Objectives: The primary goal of this investigation was to examine 1H MRS metabolite levels in white matter regions in children with autism. The relationship between metabolites levels and age was also investigated.
Methods: Multi-voxel 1H MRS scans were obtained from a group of 23 children with autism and 23 age-, and gender-matched healthy controls. Using a STEAM chemical shift imaging sequence, measurements from white matter structures in the left and right hemisphere were obtained to assess the levels of several metabolites including: Choline, NAA, Glutamate+glutamine, Myo-inositol, and Creatine+ Phosphocreatine. Statistical analyses included a series of mixed-effects regression models with Group (Autism, Healthy Controls), Lobe (Frontal, Temporal, Parietal, Occipital), and Hemisphere (Left, Right) as the fixed effects factors; Age as a covariate, and metabolite concentrations as the repeated measures dependent variable. Regression models were computed separately for each metabolite.
Results: High quality 1H MRS scans were available on 17 boys with ASD (Mean Age = 12.5, SD=1.9, range=8-15) and 17 healthy control boys (Mean Age = 11.6, SD=1.2, range=9-15). The same pattern of results emerged for each metabolite with levels being lower in youth with autism when compared to controls (Group main effect - smallest F(1, 196)=7.44, p=.007). Metabolite levels tended to remain stable or decrease with age in healthy controls but increased with age in youth with autism (Group by Age interaction – smallest F(1,196)=6.45, p=.012).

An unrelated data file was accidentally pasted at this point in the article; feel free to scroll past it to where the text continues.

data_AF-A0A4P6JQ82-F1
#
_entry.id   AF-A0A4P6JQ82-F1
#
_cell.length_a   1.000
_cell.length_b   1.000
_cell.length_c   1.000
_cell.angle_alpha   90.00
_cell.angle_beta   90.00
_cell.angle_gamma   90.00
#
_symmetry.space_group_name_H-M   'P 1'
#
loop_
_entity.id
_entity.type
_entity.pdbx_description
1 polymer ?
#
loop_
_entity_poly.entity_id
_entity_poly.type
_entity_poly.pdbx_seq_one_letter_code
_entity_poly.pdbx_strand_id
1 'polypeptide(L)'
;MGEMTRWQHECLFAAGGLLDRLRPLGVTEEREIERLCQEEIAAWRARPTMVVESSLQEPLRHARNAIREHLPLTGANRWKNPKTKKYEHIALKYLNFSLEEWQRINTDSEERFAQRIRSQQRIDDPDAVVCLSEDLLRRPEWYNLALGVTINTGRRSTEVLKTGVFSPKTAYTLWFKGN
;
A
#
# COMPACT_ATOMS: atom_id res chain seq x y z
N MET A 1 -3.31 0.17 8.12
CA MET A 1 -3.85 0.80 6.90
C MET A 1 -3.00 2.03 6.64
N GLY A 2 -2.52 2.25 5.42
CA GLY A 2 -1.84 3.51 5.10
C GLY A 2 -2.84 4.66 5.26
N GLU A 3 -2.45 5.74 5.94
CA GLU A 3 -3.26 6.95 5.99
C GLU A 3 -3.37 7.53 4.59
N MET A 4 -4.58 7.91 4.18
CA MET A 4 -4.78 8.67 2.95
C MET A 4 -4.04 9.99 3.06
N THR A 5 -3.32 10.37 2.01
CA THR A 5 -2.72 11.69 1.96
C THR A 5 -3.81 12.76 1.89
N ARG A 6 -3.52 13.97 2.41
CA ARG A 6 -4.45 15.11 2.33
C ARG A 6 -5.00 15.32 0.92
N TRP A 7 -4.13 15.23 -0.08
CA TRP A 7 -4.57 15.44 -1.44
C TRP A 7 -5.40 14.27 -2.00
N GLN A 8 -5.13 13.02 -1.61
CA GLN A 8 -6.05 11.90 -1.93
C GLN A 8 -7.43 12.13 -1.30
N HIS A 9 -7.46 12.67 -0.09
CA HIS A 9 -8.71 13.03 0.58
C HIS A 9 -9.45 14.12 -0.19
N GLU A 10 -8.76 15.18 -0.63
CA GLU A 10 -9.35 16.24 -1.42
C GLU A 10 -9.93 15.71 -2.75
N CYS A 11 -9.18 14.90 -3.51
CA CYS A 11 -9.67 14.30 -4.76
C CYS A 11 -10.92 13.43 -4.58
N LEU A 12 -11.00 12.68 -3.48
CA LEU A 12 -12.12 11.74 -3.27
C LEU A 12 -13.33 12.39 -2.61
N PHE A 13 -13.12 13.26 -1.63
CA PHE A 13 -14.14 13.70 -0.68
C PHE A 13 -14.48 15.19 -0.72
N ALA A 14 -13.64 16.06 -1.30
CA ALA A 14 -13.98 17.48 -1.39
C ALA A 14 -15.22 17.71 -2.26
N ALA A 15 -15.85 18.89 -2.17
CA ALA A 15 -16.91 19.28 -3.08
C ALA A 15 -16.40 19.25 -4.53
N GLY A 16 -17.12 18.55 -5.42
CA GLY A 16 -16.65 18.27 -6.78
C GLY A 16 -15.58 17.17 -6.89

Conclusions: Lower 1H MRS metabolite levels in the deep white matter observed in the present study is consistent with previous studies identifying structural white matter abnormalities in children and adolescents with autism. These results may reflect an alteration in maturation of deep white matter structure, supporting the existence of abnormalities in long-distance fiber tracts. Developmental increases in metabolite levels in autism may reflect an ongoing compensatory process or simply result from developmental consequences of early life white matter pathology. Findings from this study should also be examined in light of grey matter abnormalities since white matter alterations are closely related to those of grey matter and vice versa. Future longitudinal 1H MRS studies are warranted to elucidate the age-related changes in white matter structures in autism and their relationship with grey matter imaging measures and clinical features.